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  1. #1
    Join Date
    Aug 2010
    Location
    Allegany County, MD
    Posts
    125

    Default Why would they keep her?

    First year bee keeping and not having such a great time. From the beginning the hive has been weak. I started on plastic and thought maybe they weren't building because they came from wax so I switched out all the foundation to wax. Still no new comb. There are eggs and larva but the laying pattern is pretty sporadic and the bees are not very hygienic. The numbers in the hive have dwindled down to maybe two frames worth of bees and no new comb and little honey. I have even been doing some feeding to make sure it isn't an issue of no food no growth. I have came to the conclusion that the queen is rubbish but I don't understand why she wouldn't be replaced by the bees. I am getting a new queen tomorrow though it may be too little too late. At this point I want to just try to understand why what is happening is happening and at least try to get the hive built up enough to maybe make it through the winter.

  2. #2
    Join Date
    Jul 2011
    Location
    Macoupin,Illinois,USA
    Posts
    351

    Default Re: Why would they keep her?

    are you feeding sugar syrup,it doesn't matter which foundation u use but i think bees build out wax better, i also think the new queen will help,but you might not get a really big buildup this year, also your not getting visits from racoon or skunks are u ,i'm definately no pro just things i've ran into.if you figure it out post it i can always use the info,also what about varroa count or disease

  3. #3
    Join Date
    Aug 2010
    Location
    Allegany County, MD
    Posts
    125

    Default Re: Why would they keep her?

    Yeah...1:1 sugar syrup. Not too worried about huge buildup...just hoping enough to survive the winter even if I have to move them to a nuc and feed all winter. We do have a lot of skunks in the area but I don't see any sign that they have messed with the hive. It's in my back yard in the garden so I see it everyday. No scratches on the bottom board and the foundation is all in good shape...not like a skunk or coon has been reaching up steal honey or larva and tearing up the frames or anything. I have not seen any mites or SHB. Not to say one or both aren't there...I have just not seen them during any of my inspections. I did find wax moth larva yesterday. I removed the affected frames and froze them and killed any straggler larva I found. Pretty sure I got them all but I am sure there could be some more eggs or really small larva I missed. I'll check every few days for the next couple weeks just to make sure. Also not sure about disease. None that I could really tell but I am new to all this...so I could be missing something.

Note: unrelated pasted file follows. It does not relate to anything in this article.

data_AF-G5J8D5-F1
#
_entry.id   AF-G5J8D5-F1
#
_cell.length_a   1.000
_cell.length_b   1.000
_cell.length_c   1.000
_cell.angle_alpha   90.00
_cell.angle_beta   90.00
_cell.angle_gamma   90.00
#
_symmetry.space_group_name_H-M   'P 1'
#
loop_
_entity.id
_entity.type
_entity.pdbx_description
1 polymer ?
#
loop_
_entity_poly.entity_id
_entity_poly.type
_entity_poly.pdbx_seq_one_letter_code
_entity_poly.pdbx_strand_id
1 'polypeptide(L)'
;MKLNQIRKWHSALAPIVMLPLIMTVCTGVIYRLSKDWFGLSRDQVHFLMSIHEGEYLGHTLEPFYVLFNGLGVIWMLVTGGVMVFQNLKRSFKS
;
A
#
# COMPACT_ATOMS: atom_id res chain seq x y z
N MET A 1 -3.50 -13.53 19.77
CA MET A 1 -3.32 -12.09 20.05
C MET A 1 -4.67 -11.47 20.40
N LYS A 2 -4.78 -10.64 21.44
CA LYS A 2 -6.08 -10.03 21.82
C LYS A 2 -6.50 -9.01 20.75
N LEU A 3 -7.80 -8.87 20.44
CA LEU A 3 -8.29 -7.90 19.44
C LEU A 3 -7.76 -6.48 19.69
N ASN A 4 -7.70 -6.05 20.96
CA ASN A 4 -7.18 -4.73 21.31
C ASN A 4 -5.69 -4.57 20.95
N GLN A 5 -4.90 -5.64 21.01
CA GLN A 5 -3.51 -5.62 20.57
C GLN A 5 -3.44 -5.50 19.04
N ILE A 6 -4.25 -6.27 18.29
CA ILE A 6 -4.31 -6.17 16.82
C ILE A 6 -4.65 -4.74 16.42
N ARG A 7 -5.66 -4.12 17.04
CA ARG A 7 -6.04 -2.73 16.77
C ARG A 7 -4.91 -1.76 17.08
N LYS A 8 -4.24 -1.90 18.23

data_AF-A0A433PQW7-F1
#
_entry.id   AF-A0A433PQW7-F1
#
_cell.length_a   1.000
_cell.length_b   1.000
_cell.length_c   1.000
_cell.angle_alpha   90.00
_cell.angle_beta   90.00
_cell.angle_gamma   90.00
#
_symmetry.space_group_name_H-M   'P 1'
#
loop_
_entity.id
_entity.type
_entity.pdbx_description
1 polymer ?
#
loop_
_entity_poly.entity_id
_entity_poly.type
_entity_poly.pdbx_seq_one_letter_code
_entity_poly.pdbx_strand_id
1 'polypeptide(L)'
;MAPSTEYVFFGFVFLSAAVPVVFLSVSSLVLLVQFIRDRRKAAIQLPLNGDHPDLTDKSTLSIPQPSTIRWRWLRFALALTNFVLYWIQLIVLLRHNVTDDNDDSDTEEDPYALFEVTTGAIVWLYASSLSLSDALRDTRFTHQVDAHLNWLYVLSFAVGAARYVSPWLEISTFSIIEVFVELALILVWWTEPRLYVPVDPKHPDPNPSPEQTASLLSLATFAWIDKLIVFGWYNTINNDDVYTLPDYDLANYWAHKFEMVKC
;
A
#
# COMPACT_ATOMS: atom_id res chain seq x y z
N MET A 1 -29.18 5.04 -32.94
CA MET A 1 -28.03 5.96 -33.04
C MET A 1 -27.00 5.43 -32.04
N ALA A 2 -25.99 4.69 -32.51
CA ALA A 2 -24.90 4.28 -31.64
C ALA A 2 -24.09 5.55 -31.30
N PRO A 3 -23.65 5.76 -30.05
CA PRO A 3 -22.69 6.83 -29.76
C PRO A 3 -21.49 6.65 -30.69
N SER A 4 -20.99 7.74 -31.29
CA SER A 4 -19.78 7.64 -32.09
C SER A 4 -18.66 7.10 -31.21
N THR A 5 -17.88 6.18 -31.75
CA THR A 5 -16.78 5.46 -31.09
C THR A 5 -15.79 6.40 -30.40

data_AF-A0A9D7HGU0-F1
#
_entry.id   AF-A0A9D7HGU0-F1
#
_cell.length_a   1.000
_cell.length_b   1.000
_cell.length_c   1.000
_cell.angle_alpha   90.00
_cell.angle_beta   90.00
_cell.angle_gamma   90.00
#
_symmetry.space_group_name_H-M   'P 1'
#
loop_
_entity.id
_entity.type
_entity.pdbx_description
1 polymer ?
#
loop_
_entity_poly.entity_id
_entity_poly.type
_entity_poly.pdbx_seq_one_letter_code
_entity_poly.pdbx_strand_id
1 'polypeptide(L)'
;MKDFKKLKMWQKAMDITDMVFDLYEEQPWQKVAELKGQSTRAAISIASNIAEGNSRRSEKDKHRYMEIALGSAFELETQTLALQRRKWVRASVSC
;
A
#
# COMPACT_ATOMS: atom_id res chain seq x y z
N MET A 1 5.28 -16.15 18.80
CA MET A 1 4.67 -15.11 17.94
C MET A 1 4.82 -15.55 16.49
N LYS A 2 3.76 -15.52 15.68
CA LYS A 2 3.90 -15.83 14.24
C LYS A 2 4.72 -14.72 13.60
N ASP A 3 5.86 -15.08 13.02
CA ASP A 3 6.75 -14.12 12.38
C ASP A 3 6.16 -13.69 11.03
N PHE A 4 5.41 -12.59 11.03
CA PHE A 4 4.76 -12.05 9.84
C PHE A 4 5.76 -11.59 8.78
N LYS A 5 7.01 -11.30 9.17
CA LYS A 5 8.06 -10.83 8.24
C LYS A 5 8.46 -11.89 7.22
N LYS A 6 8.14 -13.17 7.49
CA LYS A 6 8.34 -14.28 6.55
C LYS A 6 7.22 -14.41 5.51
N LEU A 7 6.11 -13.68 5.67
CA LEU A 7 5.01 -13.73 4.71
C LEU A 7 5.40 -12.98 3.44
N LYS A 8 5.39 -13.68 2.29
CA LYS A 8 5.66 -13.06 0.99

4. #4
    Join Date
    Jul 2010
    Location
    Watauga, North Carolina, USA
    Posts
    366

    Default Re: Why would they keep her?

    Quote Originally Posted by TattooedBeek View Post
    It's in my back yard in the garden so I see it everyday. No scratches on the bottom board and the foundation is all in good shape...not like a skunk or coon has been reaching up steal honey or larva and tearing up the frames or anything. .
    Skunks don't go after honey or brood-- they provoke adult bees to come out of the hive at night by scratching at the ground and making vibrations. If the hives aren't on some pretty high stands, then the bees can't sting the skunk's vulnerable belly. So the skunk gets to eat a whole bunch of adult bees every night.
    4.5 hives of Italians. 2 seasons of experience. And you-- yes, you! You're my mentor!

  5. #5
    Join Date
    Aug 2010
    Location
    Allegany County, MD
    Posts
    125

    Default Re: Why would they keep her?

    Oh...that I didn't know. Well then...that would be a possibility. There are some dead bees around but I figured it was just the normal daily die off. I have actually seen bees carry dead about 15 feet from the hive and dropping them off at the "graveyard". The entrance to the hive is maybe 2 feet off the ground. Should I raise it a foot or two?

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